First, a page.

fastenings for the net to be multiplied.

The several straps, after describing a certain number of turns, ravel out

at the ends and hang loose. After them come interlaced threads, greater

in number and finer in texture. In the tangled jumble occur what might

almost be described as weaver's knots. As far as one can judge by the

result alone, without having seen the bird at work, this is how the

canvas, the support of the cotton wall, is obtained.

This warp, this inner framework, is obviously not constructed in its

entirety from the start; it goes on gradually, as the bird stuffs the

part above it with cotton. The wadding, picked up bit by bit from the

ground, is teazled by the bird's claws and inserted, all fleecy, into the

meshes of the canvas. The beak pushes it, the breast presses it, both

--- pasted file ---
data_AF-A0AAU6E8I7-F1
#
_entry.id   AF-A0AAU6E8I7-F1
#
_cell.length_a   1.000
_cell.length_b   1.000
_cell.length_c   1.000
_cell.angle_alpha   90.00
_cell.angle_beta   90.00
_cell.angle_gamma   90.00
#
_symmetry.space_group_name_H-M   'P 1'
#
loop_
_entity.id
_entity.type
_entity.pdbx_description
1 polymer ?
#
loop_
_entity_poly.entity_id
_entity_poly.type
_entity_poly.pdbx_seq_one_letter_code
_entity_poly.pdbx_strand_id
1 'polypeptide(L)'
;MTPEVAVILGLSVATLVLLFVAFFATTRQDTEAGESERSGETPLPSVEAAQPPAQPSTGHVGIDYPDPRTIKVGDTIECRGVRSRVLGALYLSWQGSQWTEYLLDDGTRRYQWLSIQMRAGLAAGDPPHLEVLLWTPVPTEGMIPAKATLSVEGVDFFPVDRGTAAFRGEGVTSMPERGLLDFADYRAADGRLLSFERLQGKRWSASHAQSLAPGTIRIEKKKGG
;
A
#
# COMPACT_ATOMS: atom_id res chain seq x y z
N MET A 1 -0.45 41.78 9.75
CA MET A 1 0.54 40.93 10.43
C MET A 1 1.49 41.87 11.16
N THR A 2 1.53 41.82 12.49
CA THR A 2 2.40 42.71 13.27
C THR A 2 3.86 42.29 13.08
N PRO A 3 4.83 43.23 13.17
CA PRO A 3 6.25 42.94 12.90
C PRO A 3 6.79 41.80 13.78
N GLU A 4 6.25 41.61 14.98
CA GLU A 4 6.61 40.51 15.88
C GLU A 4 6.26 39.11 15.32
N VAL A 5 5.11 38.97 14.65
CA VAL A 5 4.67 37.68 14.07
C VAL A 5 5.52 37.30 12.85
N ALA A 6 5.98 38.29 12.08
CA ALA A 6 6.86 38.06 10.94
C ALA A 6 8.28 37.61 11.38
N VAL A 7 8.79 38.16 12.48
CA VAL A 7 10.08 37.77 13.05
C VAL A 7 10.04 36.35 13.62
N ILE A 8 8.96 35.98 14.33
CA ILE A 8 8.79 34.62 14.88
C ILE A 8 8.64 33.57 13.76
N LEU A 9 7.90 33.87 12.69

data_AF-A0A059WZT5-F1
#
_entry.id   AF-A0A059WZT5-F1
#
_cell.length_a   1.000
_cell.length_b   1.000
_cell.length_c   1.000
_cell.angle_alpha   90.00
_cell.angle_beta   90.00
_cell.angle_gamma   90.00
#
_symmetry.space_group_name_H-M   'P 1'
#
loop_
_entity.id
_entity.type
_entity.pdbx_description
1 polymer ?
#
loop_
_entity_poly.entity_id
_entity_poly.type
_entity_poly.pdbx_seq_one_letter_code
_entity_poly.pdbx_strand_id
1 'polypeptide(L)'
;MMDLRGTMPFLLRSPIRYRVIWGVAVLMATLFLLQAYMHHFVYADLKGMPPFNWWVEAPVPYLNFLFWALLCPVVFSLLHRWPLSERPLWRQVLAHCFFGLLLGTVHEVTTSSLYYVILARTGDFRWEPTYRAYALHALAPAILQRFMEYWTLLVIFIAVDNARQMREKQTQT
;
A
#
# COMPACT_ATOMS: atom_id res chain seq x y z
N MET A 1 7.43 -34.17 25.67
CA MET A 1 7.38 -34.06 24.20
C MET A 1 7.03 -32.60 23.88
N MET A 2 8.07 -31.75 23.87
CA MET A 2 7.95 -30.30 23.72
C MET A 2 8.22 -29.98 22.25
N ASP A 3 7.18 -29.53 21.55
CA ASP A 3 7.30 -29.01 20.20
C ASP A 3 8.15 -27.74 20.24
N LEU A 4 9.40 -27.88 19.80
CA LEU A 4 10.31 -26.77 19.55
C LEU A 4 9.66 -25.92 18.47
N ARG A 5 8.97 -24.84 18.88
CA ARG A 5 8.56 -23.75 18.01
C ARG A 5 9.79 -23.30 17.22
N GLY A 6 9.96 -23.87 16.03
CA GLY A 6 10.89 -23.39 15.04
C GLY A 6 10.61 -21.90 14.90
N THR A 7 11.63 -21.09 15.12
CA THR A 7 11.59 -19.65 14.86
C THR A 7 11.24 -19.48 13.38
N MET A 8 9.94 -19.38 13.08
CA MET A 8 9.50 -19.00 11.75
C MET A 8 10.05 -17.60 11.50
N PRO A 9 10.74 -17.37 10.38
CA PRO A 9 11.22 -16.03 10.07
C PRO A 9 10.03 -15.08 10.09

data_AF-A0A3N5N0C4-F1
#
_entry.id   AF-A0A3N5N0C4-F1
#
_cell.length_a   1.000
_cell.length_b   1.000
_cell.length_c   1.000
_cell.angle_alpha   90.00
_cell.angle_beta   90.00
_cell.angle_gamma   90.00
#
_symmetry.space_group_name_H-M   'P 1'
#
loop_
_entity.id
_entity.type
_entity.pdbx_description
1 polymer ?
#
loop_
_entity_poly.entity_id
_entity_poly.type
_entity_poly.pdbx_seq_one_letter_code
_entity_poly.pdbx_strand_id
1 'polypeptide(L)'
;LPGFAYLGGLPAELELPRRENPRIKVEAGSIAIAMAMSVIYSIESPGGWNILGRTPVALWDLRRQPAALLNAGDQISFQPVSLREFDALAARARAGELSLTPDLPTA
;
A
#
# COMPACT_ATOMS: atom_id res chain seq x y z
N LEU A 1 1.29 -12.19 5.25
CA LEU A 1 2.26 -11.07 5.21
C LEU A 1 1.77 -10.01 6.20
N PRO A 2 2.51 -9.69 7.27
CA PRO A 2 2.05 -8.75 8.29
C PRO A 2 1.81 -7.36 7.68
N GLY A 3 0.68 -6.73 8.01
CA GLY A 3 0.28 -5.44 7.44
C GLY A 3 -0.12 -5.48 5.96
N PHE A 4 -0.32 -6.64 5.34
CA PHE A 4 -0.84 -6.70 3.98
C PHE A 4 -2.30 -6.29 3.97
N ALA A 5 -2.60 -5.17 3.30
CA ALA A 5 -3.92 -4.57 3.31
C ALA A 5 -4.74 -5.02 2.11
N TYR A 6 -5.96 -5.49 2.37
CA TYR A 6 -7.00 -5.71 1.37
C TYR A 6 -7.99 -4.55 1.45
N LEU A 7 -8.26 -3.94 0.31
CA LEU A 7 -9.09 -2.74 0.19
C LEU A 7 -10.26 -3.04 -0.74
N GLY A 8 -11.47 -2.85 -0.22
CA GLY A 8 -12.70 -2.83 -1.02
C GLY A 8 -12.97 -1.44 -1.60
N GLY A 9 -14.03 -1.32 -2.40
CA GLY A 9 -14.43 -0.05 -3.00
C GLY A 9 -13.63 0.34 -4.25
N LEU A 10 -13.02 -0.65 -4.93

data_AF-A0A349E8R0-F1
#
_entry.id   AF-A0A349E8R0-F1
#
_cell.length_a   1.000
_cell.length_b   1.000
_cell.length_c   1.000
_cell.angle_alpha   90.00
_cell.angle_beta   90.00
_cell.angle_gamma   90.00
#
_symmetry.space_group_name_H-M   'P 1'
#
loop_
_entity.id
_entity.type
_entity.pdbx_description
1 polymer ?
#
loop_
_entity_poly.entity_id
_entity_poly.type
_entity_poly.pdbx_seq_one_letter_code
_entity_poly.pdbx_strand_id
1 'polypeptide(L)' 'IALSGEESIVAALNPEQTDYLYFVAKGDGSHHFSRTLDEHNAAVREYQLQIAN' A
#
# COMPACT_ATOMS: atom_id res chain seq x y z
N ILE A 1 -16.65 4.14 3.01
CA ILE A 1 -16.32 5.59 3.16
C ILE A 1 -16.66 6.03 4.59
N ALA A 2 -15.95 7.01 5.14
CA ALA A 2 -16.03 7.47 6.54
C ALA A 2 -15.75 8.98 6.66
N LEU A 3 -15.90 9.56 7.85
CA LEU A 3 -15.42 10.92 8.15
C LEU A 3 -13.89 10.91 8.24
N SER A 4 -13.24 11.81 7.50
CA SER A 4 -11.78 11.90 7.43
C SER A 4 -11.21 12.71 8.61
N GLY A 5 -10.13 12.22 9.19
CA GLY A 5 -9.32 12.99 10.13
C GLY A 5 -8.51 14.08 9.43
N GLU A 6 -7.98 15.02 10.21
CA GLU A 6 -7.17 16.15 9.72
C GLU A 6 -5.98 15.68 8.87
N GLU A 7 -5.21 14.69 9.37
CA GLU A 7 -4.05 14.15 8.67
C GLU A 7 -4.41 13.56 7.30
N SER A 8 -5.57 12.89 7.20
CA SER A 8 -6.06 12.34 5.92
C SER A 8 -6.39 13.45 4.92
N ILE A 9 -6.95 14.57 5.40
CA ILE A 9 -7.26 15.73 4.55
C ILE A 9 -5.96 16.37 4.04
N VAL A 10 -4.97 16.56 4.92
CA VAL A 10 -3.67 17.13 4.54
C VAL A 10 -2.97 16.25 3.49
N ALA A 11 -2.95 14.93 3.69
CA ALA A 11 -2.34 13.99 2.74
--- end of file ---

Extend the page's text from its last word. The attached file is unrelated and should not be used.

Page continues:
inside and out. The result is a soft felt a couple of inches thick.

Near the top of the pouch, on one side, is contrived a narrow orifice,

tapering into a short neck. This is the kitchen-door. In order to pass

through it, the Penduline, small though he be, has to force the elastic

partition, which yields slightly and then contracts. Lastly, the house

is furnished with a mattress of first-quality cotton. Here lie from six

to eight white eggs, the size of a cherry-stone.

Well, this wonderful nest is a barbarous casemate compared with that of

the Banded Epeira. As regards shape, this stocking-foot cannot be

mentioned in the same breath with the Spider's elegant and faultlessly-

rounded balloon. The fabric of mixed cotton and tow is a rustic frieze

beside the spinstress' satin; the suspension-straps are clumsy cables

compared with her delicate silk fastenings. Where shall we find in the

Penduline's mattress aught to vie with the Epeira's eiderdown, that

teazled russet gossamer? The Spider is superior to the bird in every

way, in so far as concerns her work.

But, on her side, the Penduline is a more devoted mother. For weeks on

end, squatting at the bottom of her purse, she presses to her heart the

eggs, those little white pebbles from which the warmth of her body will

bring forth life. The Epeira knows not these softer passions. Without

bestowing a second glance an it, she abandons her nest to its fate, be it

good or ill.